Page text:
Dubai, a former UK outpost in the Gulf, only became an independent country in 1971, when it joined six other Emirates to form the United Arab Emirates. However, Dubai has undergone a massive makeover and a population boom in the span of a generation. The city is now home to almost three-quarters of the regional offices of the Fortune 500 companies and is one of the world’s cultural and business hubs, hosting international cultural events such as the Expo 2020,54 and sporting events like the Rugby Sevens and the Dubai Cup. Dubai’s population has grown exponentially in the same period: from the 46,000 citizens that lived in the city in the late 1960s to 3.44 million inhabitants in 2021.55 However, nearly 90%56 of the city’s population is comprised of migrants, primarily from South Asia, Southeast Asia and East Africa. This figure should not come as a surprise given that, according to the World Bank, 88.4%57 of the UAE’s population is also made up of migrants, making the UAE one of the countries with the world’s highest net migration.
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The authors of this reports are Florian Schmitz, Marta Nuevo and Mitko Arnaudov.
Florian Schmitz is a German multimedia journalist, based in Thessaloniki, focusing on Greece and the Balkans, migration, human rights issues and minoritiesHe works mainly as a correspondent for Deutsche Welle and other German public broadcasters. His work on illegal pushbacks and press freedom in Greece has been widely recognized. His first book “Erzähl mir von Deutschland, Soumar” was published in 2017 Karina Iskandarova is a political analyst with a background in global development, human rights, conflict resolution and human security. Some of the international organizations she has collaborated with are Amnesty International, the United Nations and NATO. She has a Bachelors (Hons) in international relations and a Masters in global policy and international security. She is passionate about community service, human rights, inclusivity and societal change.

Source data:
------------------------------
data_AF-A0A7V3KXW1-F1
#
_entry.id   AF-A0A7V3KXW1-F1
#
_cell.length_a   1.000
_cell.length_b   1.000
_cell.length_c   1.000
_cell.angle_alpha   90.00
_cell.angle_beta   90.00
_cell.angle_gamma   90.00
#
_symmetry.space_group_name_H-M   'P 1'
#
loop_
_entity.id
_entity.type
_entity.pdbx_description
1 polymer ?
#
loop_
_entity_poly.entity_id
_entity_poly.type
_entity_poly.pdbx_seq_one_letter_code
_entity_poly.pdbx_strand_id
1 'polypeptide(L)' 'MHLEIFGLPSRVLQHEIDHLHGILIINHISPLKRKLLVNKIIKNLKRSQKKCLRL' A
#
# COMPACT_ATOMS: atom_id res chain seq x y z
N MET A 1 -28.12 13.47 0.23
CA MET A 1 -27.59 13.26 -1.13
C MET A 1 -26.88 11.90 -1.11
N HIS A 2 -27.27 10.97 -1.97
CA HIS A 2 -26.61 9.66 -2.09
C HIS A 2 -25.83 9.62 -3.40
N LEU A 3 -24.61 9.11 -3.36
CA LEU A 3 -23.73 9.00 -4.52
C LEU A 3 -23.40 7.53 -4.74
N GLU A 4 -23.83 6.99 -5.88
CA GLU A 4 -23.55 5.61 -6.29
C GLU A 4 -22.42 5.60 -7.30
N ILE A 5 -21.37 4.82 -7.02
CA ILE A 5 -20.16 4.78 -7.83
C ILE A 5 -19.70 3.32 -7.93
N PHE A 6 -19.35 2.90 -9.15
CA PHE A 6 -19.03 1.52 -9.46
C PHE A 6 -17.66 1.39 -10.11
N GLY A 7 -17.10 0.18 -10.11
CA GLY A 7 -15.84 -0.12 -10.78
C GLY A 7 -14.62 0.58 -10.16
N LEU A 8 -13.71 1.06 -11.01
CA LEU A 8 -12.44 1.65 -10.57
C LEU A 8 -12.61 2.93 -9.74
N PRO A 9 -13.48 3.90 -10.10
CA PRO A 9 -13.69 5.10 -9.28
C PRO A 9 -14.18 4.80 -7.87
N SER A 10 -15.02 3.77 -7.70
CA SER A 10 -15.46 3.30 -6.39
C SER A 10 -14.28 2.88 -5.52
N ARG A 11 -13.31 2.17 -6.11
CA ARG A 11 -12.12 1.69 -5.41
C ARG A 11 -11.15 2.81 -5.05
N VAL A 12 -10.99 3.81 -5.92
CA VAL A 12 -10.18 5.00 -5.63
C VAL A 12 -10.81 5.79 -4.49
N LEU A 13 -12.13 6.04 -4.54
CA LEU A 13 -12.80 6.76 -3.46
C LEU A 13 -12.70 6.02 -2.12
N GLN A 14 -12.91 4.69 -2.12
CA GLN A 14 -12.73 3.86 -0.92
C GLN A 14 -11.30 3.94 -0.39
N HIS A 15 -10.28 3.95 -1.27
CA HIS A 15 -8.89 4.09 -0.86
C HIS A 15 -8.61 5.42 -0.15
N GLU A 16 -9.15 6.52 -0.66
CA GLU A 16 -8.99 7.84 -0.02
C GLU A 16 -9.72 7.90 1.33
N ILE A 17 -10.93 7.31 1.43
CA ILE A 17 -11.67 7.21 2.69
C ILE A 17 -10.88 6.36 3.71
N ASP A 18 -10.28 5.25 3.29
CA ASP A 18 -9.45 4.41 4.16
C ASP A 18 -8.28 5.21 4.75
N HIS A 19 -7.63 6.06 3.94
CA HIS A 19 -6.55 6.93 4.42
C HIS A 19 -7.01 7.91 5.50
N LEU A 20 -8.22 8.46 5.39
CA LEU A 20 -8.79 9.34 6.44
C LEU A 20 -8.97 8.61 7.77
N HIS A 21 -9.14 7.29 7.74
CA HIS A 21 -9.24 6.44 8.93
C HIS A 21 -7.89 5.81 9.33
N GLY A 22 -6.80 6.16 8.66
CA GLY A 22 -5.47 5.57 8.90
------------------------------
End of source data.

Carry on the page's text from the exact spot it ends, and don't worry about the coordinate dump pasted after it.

Marta Nuevo Falguera is a Political Analyst working with an international security company. Her work focuses on foreign policy, security, and international conflicts in Asia-Pacific. She also contributes articles about Asian politics to the Spanish magazine El Orden Mundial. Ms. Nuevo Falguera holds a Master’s Degree in International Relations from Ramón Llull-Blanquerna University & a Diploma in International Conflict Management from Utrecht University. During her undergraduate studies, she studied abroad in the U.K. and Japan.
Mitko Arnaudov holds a PhD in International and European Politics. A University of Belgrade – Faculty of Political Sciences, he has been a Researcher of the same Institute for years. The fields of his academic interest are regional studies, European integration processes, security infrastructure in recent world, human security in the era of globalized economy, as well as regional relations within Western Balkans. He has published numerous academic papers and researches and also has been part of many regional, European and international conferences.